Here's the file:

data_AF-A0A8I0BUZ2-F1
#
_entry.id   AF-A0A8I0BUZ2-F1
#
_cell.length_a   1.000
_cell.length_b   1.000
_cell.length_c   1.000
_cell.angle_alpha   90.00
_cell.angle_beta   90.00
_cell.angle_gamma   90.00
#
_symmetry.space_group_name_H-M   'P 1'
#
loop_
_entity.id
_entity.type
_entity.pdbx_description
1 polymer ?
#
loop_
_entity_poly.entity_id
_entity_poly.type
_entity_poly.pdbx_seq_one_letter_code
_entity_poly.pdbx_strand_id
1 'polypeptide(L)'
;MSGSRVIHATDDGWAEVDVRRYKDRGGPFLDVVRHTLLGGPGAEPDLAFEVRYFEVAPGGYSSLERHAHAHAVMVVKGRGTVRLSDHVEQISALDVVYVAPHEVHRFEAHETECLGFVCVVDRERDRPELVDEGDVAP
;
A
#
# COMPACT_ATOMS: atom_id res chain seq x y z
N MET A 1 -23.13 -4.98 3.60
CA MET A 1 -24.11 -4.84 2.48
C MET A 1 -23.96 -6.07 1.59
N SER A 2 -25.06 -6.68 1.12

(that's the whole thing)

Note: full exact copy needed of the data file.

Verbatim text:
data_AF-A0A8I0BUZ2-F1
#
_entry.id   AF-A0A8I0BUZ2-F1
#
_cell.length_a   1.000
_cell.length_b   1.000
_cell.length_c   1.000
_cell.angle_alpha   90.00
_cell.angle_beta   90.00
_cell.angle_gamma   90.00
#
_symmetry.space_group_name_H-M   'P 1'
#
loop_
_entity.id
_entity.type
_entity.pdbx_description
1 polymer ?
#
loop_
_entity_poly.entity_id
_entity_poly.type
_entity_poly.pdbx_seq_one_letter_code
_entity_poly.pdbx_strand_id
1 'polypeptide(L)'
;MSGSRVIHATDDGWAEVDVRRYKDRGGPFLDVVRHTLLGGPGAEPDLAFEVRYFEVAPGGYSSLERHAHAHAVMVVKGRGTVRLSDHVEQISALDVVYVAPHEVHRFEAHETECLGFVCVVDRERDRPELVDEGDVAP
;
A
#
# COMPACT_ATOMS: atom_id res chain seq x y z
N MET A 1 -23.13 -4.98 3.60
CA MET A 1 -24.11 -4.84 2.48
C MET A 1 -23.96 -6.07 1.59
N SER A 2 -25.06 -6.68 1.12